Hunters going out into West Virginia's thousands of acres of woodland this hunting season are cautioned to be on the look out for sickly animals. Chronic Wasting Disease has been reported in West Virginia over the past couple of years causing a scare to those who hunt and eat the venison they procure.
In order to assist hunters in the understanding of CWD, the WV Division of Natural Resources has released the following information:
What is CWD ? Chronic Wasting Disease?
CWD is a neurological (brain and nervous system) disease of deer and elk known to occur in limited geographical locations in North America. The disease belongs to a family of diseases known as transmissible spongiform encephalopathy (TSE). These diseases are caused by an abnormal form of a protein called a prion. In deer and elk there is no practical test of live animals to detect CWD and there is no known treatment or vaccine.
How is it spread?
It is not known exactly how CWD is spread. It is thought that the most common mode of transmission from an infected animal is via saliva, but feces, urine and possibly other body secretions may transmit the infectious prion.
There is evidence that people moving live infected animals have spread the disease over long distances.
Is it dangerous to humans?
There currently is no convincing evidence that the agent of CWD affects humans. However, public health officials recommend that human exposure to the CWD agent be avoided as they continue to research the disease. This includes not eating meat from known infected animals or animals that appear sick.
Where has it been found?
As of June 2011, CWD has been detected in free-ranging deer and elk in portions of Colorado, Illinois, Kansas, Maryland, Minnesota, Nebraska, New Mexico, New York, North Dakota, South Dakota, Utah, Virginia, Wisconsin, West Virginia, Wyoming, and Alberta and Saskatchewan, Canada. In West Virginia, CWD has been found in 99 white-tailed deer. Testing of road-kill deer in all WV counties has been continuous since 2002.
The WVDNR, Wildlife Resources Section, in cooperation with the SE Cooperative Wildlife Disease Study at the University of Georgia and the Minnesota Veterinary Diagnostic Laboratory has tested over 12,200 deer from West Virginia for CWD and as of June 2011, the 98 Hampshire County deer and one Hardy County deer are the only animals found thus far to have the abnormal prion associated with CWD.
What is being done about the discovery of CWD in WV?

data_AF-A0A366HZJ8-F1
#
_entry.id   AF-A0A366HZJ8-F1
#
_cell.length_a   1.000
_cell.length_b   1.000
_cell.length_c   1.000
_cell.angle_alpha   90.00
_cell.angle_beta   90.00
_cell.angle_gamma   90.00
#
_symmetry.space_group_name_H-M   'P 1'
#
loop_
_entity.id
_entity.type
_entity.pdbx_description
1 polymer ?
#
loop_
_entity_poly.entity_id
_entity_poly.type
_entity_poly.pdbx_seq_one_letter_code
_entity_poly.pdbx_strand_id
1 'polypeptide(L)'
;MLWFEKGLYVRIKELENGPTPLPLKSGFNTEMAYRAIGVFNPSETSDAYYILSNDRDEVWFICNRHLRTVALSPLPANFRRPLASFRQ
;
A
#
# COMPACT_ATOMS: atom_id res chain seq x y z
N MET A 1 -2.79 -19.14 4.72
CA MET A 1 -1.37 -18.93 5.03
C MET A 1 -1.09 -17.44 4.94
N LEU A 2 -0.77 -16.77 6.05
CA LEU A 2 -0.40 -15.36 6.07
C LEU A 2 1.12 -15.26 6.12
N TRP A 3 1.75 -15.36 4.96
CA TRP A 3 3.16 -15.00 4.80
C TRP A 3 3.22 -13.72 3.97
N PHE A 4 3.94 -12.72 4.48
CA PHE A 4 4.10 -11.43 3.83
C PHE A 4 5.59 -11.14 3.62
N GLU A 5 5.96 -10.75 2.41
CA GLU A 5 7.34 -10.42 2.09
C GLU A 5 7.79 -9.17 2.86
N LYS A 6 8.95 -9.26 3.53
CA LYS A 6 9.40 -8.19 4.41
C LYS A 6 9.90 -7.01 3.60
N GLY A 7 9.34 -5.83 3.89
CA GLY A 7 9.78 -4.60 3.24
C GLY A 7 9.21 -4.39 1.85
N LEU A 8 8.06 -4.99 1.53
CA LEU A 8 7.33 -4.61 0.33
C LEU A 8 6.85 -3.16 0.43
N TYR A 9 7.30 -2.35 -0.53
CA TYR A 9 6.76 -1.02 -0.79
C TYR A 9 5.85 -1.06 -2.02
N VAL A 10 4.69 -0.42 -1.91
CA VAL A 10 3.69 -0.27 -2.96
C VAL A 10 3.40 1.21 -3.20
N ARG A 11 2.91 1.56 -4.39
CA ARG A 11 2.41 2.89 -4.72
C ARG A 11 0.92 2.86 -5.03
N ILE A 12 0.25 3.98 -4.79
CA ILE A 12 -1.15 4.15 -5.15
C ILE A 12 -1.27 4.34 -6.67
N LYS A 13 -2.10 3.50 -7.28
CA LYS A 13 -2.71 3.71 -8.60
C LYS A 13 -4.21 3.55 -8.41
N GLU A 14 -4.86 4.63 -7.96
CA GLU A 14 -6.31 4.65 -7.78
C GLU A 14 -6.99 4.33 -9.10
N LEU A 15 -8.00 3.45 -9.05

The discovery of CWD in Hampshire County, West Virginia, represents a significant threat to the state's white-tailed deer. The disease does not create an immediate widespread die-off of deer, but if allowed to spread, will cause long-term damage to the herd.
The DNR is taking action to gather more information on the prevalence and distribution of the disease in the area surrounding all known infected deer.
The DNR also discourages supplemental feeding and baiting of deer statewide, and bans these practices in Hampshire County.
In addition there are restrictions on the disposal and transport of deer carcasses from within the containment area in WV (see WV CWD containment area), VA and MD where CWD has been detected. There are no proven solutions to combating CWD once present in free-ranging deer.
Thus, future management actions will be adaptive and based on the findings of current and future surveillance.
West Virginia Chronic Wasting Disease Containment Area: Includes all of Hampshire County, that portion Hardy County north of Corridor H and W.V. Rt. 55 from Wardensville to the Virginia Stateline and that portion of Morgan County which lies west of US Rt. 522.
It is illegal to bait or feed deer or other wildlife in the "Containment Area"
Hunters are prohibited from transporting dead cervids (deer, elk, etc.) or their parts beyond the boundary of the containment area except for the following: meat that has been boned out, quarters or other portions of meat with no part of the spinal column or head attached, cleaned hide with no head attached, clean skull plate (no meat or tissue attached) with antlers attached, antlers with no meat or tissue attached, and finished taxidermy mounts. Hunters may transport cervid carcasses that were not killed inside the containment area through the containment area.
What can hunters do?
If any hunter kills or observe a severely emaciated (very skinny) deer or a deer that is obviously sick, they are to contact the WV DNR Wildlife Resources Section office nearest to them immediately.
Do not feed or bait deer. These practices concentrate deer, increase the likelihood of spread of any disease present in the deer herd, and may introduce foreign contaminates via the feed or bait.
Harvest adequate numbers of antlerless deer to maintain deer populations in balance with natural food supplies. A deer population in balance with available habitat is healthier and better able to fight diseases.
Use caution in spreading urine based lures in the environment and avoid placing deer lures on the ground or on vegetation where deer can reach them. Placing them out of reach of deer still allows air circulation to disperse the scent.
Bring back only boned out meat or quarters and thoroughly cleaned skull plates and antlers. Anyone observing live deer or elk being transported in a truck or trailer is to notify the local DNR office as soon as possible.